As I previously posted, I ended up actually getting The Burning Crusade installed on launch day and logged into play. Since I didn’t have a high level character on the server where I game with a small regular group of friends, I thought I’d go ahead and see what the Dranei had to offer.
To be honest, I didn’t really expect much. In recent weeks, I had seen the some of the NPC cloven hoofed, squid faced aliens loitering about Azeroth but was rather ho-hum about them. “So they get to be Shaman huh? Whatever.” Worth rerolling another alt (even for chronic alt-itis sufferer)? Novelty item. Outland is where the action will be.
Fortunately, first impressions are often wrong and I had sold Blizzard short on what the Dranei Experience had to offer.
At the character creation screen, no real surprises. If character creation takes more than 2 or 3 minutes in WoW, you might want to check your pulse. Lets face it, this is one of WoW’s many Achilles’ heels. Its also one of its secret strengths. Users are not overwhelmed by choices (I’ll say) so they get into the game quickly and the limited number of models and textures dramatically reduces hardware requirements, improving performance.
The BIG news for Alliance side players is the addition of the Shaman class available only to the Dranei. The addition of this class alone to any of the existing races would have been cause for celebration enough, but I suppose Blizzard wanted to make sure that the Dranei had a killer app in the form of a unique class to fuel the Dranei’s success.
Launch day certainly found the Crash Site littered with dozens of young shamen. Ever the iconoclast, I decided I’d roll something else– this time a hunter named Sarnoc. The Dranei home area occupies a newly available set of islands off the west coast of Kalimdor and is accessible to other races by boat from Auberdine for those with the expansion.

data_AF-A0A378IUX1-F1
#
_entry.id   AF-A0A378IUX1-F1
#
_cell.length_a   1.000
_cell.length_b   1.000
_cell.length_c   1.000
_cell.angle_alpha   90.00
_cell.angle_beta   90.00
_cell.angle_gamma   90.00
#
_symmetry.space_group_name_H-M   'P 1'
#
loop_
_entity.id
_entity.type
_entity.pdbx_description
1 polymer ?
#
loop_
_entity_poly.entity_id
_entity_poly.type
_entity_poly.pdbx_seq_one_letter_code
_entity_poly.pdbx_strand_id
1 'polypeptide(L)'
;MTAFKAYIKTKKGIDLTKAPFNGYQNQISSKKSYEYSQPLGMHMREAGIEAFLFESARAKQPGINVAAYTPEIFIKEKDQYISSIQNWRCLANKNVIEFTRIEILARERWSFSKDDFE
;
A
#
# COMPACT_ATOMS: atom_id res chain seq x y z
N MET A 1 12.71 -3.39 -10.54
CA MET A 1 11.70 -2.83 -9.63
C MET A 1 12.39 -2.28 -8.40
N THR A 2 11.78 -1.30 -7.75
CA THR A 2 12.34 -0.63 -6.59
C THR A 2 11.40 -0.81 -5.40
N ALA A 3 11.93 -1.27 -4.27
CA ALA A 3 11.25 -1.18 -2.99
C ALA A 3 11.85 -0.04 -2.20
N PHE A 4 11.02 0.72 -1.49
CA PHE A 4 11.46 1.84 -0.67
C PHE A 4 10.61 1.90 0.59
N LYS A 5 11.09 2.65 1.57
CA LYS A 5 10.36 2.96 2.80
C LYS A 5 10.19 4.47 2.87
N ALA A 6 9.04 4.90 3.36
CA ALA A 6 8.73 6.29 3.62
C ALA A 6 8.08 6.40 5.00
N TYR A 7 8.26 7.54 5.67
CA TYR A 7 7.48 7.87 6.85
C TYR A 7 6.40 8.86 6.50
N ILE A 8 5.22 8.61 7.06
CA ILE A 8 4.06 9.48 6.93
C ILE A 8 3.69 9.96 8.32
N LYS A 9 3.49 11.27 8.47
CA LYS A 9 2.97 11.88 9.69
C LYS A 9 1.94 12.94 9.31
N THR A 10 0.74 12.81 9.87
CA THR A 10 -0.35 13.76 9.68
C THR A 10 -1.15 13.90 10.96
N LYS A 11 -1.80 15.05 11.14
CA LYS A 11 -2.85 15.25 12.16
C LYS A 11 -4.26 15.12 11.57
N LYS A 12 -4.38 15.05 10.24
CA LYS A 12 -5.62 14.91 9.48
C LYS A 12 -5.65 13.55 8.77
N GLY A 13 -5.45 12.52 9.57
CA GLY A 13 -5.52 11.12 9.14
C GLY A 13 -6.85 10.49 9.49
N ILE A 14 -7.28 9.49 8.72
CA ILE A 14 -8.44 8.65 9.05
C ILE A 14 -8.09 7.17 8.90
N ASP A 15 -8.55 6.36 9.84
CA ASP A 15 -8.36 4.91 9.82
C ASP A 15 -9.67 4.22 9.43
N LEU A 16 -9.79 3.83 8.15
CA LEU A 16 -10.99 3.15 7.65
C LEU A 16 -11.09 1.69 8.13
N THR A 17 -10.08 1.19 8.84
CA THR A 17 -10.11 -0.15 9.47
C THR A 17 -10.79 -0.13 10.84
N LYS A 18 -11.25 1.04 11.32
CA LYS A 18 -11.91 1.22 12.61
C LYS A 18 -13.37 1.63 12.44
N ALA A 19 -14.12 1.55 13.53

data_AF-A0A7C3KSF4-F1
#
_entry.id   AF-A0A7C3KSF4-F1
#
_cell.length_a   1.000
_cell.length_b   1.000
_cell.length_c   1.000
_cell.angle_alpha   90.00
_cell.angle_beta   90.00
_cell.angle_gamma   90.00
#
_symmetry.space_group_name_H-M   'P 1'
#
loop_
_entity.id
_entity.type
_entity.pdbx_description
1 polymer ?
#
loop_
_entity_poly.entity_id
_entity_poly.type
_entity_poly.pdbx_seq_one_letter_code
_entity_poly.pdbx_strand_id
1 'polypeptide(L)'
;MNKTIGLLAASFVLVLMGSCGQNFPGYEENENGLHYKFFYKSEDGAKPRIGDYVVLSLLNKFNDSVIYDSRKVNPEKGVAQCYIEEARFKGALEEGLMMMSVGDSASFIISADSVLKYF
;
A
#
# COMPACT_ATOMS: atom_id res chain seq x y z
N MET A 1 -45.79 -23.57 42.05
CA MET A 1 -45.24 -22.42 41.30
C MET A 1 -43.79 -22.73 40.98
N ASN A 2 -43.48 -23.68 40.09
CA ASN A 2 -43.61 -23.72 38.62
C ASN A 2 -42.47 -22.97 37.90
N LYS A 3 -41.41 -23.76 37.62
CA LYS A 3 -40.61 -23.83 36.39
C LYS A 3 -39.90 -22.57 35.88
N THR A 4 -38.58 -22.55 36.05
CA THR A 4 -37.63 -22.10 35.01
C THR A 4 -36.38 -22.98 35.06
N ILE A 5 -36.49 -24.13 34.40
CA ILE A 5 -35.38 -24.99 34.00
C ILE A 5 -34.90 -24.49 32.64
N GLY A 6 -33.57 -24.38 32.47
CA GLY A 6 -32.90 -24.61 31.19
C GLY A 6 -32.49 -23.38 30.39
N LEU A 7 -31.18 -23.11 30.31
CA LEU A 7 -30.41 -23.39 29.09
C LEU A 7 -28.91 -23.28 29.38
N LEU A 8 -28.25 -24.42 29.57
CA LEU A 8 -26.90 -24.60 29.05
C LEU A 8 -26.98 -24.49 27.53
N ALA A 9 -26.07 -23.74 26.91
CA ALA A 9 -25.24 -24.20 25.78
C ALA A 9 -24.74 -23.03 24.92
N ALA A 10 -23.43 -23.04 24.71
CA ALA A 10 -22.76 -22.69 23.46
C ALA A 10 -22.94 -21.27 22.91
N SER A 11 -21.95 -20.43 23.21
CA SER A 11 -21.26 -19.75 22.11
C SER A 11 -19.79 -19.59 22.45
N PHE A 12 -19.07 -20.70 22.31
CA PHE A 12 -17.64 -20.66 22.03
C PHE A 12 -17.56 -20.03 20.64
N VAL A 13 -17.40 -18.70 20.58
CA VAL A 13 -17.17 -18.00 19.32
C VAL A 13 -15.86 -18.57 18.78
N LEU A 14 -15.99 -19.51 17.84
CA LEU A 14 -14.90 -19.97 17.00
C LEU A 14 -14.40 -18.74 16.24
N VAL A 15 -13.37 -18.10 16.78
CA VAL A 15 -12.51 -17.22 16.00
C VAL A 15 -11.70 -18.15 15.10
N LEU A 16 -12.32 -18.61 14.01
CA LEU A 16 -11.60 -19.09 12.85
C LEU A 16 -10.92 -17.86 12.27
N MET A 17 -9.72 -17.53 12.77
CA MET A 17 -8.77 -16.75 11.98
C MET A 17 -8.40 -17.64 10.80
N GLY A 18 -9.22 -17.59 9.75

One other note, the Dranei voices and emotes are very eastern Eurpoean. Or at least eastern European as perceived by Americans probably living too near Hollywood. The Dranei sound like a cross between Borat, Pavel Chekov from Star Trek and Boris and Natasha from Bullwinkle. Still, they are amusing in the same way that the other Blizzard race archetypes are.
One nice item, the Dranei have an innate racial heal over time ability with a reasonable cooldown time that many starting players should find helpful and it scales as you level.
The Noob Zone
After the obligatory introductory video, Sarnoc zoned into the noob zone called the Crash Site to find literally dozens of other new Dranei stacked up on the zone point. Before I took a step, I looked around at the spectacle before me. Hundreds of new Dranei running too and fro gloriously pummelling small furry flowering snarling things into dust. Not exactly immersive, but a fun spectacle nonetheless.
I didn’t play on the original launch date, but Northshire Abbey, Coldridge Valley and Shadowglen must have been something similar. Who knows, maybe not nearly as bad. The original WoW launch didn’t have 8 million subscribers in the can waiting for its launch…
A quick note on “lore.” The Dranei have a bit of a unique story and I was quite surprised at how well Blizzard integrated the crashed castaway space alien story into the existing Warcraft story line. Likewise, in typical Blizzard fashion, their story and style are tightly integrated into the early noob zone experience: the Dranei are stranded crash survivors, get to work aiding survivors and getting your society back on the offensive.